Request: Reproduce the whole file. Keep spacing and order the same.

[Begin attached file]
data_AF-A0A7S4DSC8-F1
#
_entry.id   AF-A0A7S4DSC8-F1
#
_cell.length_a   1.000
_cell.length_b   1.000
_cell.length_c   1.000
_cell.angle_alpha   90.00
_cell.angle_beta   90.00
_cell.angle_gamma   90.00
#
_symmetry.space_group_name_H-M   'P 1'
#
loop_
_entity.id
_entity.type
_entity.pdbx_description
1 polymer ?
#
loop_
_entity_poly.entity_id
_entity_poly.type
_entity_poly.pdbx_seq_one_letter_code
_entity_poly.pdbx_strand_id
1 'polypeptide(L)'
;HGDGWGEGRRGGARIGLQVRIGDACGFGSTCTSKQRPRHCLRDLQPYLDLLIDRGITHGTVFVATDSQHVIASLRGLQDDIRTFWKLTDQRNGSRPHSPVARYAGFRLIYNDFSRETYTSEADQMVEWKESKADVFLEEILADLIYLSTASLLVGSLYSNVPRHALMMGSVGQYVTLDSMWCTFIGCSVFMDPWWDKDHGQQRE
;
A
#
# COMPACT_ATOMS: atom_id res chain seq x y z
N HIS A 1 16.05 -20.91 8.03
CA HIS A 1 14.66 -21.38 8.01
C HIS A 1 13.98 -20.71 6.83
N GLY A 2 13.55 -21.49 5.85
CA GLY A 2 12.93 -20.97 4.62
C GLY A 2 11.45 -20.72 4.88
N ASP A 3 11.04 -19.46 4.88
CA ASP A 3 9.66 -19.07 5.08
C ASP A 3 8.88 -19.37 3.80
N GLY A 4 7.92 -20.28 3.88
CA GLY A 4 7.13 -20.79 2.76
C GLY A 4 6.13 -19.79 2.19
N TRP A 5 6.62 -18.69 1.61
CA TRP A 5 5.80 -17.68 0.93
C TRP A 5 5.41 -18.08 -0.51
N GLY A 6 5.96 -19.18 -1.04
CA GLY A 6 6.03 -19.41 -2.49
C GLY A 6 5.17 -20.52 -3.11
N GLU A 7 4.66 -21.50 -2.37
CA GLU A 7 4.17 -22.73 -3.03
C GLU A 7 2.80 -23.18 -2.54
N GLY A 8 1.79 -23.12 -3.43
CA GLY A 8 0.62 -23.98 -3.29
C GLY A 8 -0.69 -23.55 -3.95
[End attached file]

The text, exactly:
data_AF-A0A7S4DSC8-F1
#
_entry.id   AF-A0A7S4DSC8-F1
#
_cell.length_a   1.000
_cell.length_b   1.000
_cell.length_c   1.000
_cell.angle_alpha   90.00
_cell.angle_beta   90.00
_cell.angle_gamma   90.00
#
_symmetry.space_group_name_H-M   'P 1'
#
loop_
_entity.id
_entity.type
_entity.pdbx_description
1 polymer ?
#
loop_
_entity_poly.entity_id
_entity_poly.type
_entity_poly.pdbx_seq_one_letter_code
_entity_poly.pdbx_strand_id
1 'polypeptide(L)'
;HGDGWGEGRRGGARIGLQVRIGDACGFGSTCTSKQRPRHCLRDLQPYLDLLIDRGITHGTVFVATDSQHVIASLRGLQDDIRTFWKLTDQRNGSRPHSPVARYAGFRLIYNDFSRETYTSEADQMVEWKESKADVFLEEILADLIYLSTASLLVGSLYSNVPRHALMMGSVGQYVTLDSMWCTFIGCSVFMDPWWDKDHGQQRE
;
A
#
# COMPACT_ATOMS: atom_id res chain seq x y z
N HIS A 1 16.05 -20.91 8.03
CA HIS A 1 14.66 -21.38 8.01
C HIS A 1 13.98 -20.71 6.83
N GLY A 2 13.55 -21.49 5.85
CA GLY A 2 12.93 -20.97 4.62
C GLY A 2 11.45 -20.72 4.88
N ASP A 3 11.04 -19.46 4.88
CA ASP A 3 9.66 -19.07 5.08
C ASP A 3 8.88 -19.37 3.80
N GLY A 4 7.92 -20.28 3.88
CA GLY A 4 7.13 -20.79 2.76
C GLY A 4 6.13 -19.79 2.19
N TRP A 5 6.62 -18.69 1.61
CA TRP A 5 5.80 -17.68 0.93
C TRP A 5 5.41 -18.08 -0.51
N GLY A 6 5.96 -19.18 -1.04
CA GLY A 6 6.03 -19.41 -2.49
C GLY A 6 5.17 -20.52 -3.11
N GLU A 7 4.66 -21.50 -2.37
CA GLU A 7 4.17 -22.73 -3.03
C GLU A 7 2.80 -23.18 -2.54
N GLY A 8 1.79 -23.12 -3.43
CA GLY A 8 0.62 -23.98 -3.29
C GLY A 8 -0.69 -23.55 -3.95